An active research team brings better health care for postnatal patients

Katie Luzi Costantini and Chester County Hospital’s research department have worked out how obstetrics providers can better meet the needs of patients after giving birth and throughout the ‘fourth trimester.’

Chester County Hospital’s (CCH) research department is a small but mighty engine driving inquiry and evidence-based patient care.

Katie Luzi Costantini, the current director of Maternal Child Services for CCH, has been working with the hospital’s research department for the last few years on a question that affected how she cares for patients.

From left: Cheryl Monturo, Linda Sullivan, Cindy Brockway, and Kristin Taylor
The research department supported the S.A.M. (Support-Admit-Monitor) nurses in updating the nurse-driven protocol for remote telemetry removal with the latest evidence, resulting in the team winning CCH’s third annual Evidence-Based Practice Award. From left: Cheryl Monturo, Linda Sullivan, Cindy Brockway, and Kristin Taylor

In April 2018, the American College of Obstetricians and Gynecologists (ACOG) proposed a new paradigm for postpartum care, updating the recommendation for the first OB/Gyn follow-up from six weeks after birth to no later than three weeks postpartum. Costantini, who was then a CCH maternal child nurse, found the revised position lacking.

When Costantini turned to published studies to understand the full scope of a new mother’s experience and how to better meet those needs, there was very little available. That’s when she decided to take matters into her own hands.

In early 2020, Costantini organized a team to conduct research about the “fourth trimester,” the term used to describe the first 12 weeks postpartum. That’s where CCH’s research department came in.

The department was formed in 2007 with Cindy Brockway, as its director. Cheryl Monturo, senior nurse research scientist, was added in 2015.

The research team recommended a design for the study: phenomenology, a type of qualitative research that explores a person’s lived experiences. They helped the team develop a semistructured interview guide they would use to conduct phone interviews with patients who consented, a few days after they left the hospital. And once the interviews were completed, Brockway and Monturo instructed the group on how to analyze the responses. But first they helped them spot and note their own biases.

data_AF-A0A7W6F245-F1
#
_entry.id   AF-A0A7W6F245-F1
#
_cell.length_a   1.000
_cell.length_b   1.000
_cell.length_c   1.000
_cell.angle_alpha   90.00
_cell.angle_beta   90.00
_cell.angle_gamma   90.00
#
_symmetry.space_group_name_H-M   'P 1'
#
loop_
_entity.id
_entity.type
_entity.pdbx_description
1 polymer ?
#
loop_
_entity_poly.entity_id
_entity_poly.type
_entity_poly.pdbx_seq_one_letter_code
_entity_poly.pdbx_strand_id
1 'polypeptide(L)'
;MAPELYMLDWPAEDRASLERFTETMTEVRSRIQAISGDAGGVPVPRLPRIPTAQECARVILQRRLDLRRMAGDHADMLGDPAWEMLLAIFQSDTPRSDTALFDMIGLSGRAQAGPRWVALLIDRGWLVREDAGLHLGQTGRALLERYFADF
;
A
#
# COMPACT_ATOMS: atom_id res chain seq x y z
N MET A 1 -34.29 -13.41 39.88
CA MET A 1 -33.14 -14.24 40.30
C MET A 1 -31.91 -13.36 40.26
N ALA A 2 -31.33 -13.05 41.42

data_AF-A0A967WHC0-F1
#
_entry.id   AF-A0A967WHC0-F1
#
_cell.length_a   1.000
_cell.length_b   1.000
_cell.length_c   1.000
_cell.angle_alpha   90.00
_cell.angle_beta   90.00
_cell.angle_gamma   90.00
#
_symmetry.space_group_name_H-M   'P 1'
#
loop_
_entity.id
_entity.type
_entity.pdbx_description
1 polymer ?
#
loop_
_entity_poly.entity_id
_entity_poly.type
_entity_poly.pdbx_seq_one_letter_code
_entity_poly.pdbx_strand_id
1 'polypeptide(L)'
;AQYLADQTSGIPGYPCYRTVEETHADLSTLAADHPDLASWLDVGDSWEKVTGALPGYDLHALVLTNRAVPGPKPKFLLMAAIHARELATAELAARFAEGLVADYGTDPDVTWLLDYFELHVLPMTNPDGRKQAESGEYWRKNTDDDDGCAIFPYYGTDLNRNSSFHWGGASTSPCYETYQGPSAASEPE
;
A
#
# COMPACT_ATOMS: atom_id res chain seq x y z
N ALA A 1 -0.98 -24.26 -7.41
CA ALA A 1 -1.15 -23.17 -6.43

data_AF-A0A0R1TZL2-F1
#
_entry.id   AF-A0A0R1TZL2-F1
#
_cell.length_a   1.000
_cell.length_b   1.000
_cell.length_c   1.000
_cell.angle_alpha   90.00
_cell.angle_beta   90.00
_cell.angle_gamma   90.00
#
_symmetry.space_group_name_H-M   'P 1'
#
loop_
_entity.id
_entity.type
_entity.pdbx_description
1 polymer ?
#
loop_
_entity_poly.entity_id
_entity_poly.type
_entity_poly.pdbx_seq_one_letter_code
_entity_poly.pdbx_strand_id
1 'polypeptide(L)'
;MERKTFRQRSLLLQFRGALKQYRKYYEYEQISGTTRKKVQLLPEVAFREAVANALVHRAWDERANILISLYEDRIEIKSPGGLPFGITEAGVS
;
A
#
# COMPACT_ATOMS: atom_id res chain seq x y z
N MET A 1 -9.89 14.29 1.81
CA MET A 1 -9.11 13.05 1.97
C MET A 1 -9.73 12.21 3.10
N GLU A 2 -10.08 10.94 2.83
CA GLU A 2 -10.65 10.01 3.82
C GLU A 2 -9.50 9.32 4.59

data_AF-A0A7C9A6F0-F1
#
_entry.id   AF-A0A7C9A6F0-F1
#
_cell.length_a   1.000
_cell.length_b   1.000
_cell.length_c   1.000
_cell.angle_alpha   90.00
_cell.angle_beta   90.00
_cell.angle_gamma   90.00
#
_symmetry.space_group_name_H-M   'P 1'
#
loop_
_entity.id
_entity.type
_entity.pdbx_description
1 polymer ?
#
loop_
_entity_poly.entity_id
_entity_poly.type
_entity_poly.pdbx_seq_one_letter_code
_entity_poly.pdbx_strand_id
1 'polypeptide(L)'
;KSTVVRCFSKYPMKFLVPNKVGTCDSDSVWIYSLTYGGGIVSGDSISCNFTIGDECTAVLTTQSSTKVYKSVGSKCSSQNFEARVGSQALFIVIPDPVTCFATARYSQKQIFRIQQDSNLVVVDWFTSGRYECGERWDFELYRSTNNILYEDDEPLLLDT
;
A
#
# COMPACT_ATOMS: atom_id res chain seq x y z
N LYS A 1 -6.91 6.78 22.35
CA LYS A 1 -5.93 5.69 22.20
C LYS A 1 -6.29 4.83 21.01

“For example, we know the lactation consultants are focused on breastfeeding,” Monturo says. “But maybe the mom’s focus is not on that, so we want to note it and try not to impose that perspective on the data.”

Starting last fall, team members conducted a total of eight interviews with first-time breastfeeding mothers and analyzed their results in a structured way that gave qualitative insight into what the researchers describe as a new mother’s “new normal.” Team members are currently writing a manuscript and plan to submit it to a peer-reviewed journal before the end of the year. Brockway and Monturo helped them divide the writing and select the journal. For now, the study will be used to stress the importance to CCH’s maternal child care team of maintaining a connection with first-time breastfeeding mothers in the immediate postpartum period, Costantini says. The results, she notes, affirm for her that more support is needed during the fourth trimester.

“We’re hoping to help our care team start to focus not just on getting through the labor and delivery portion of a pregnancy but also help patients set up a sufficient support system at home,” Costantini says. “We also plan to encourage patients to start having discussions with their partner about their expectations for this support as part of our prenatal education.”

Monturo says it’s clear that the research department has helped inspire a cultural change at the hospital.

“Oftentimes, when people talk about changing a practice, they talk about it like throwing spaghetti against the wall—let’s see what sticks—versus going to the literature and figuring out what works,” Monturo says. “If anything, we’ve seen a distinct change in the language. At a meeting now, people are less likely to say, ‘Let’s try this’ or ‘Let’s try that.’ Instead, they’re asking, ‘Has anybody looked at the evidence?’ And that’s been a big, big change.”

Read more at Penn Medicine News.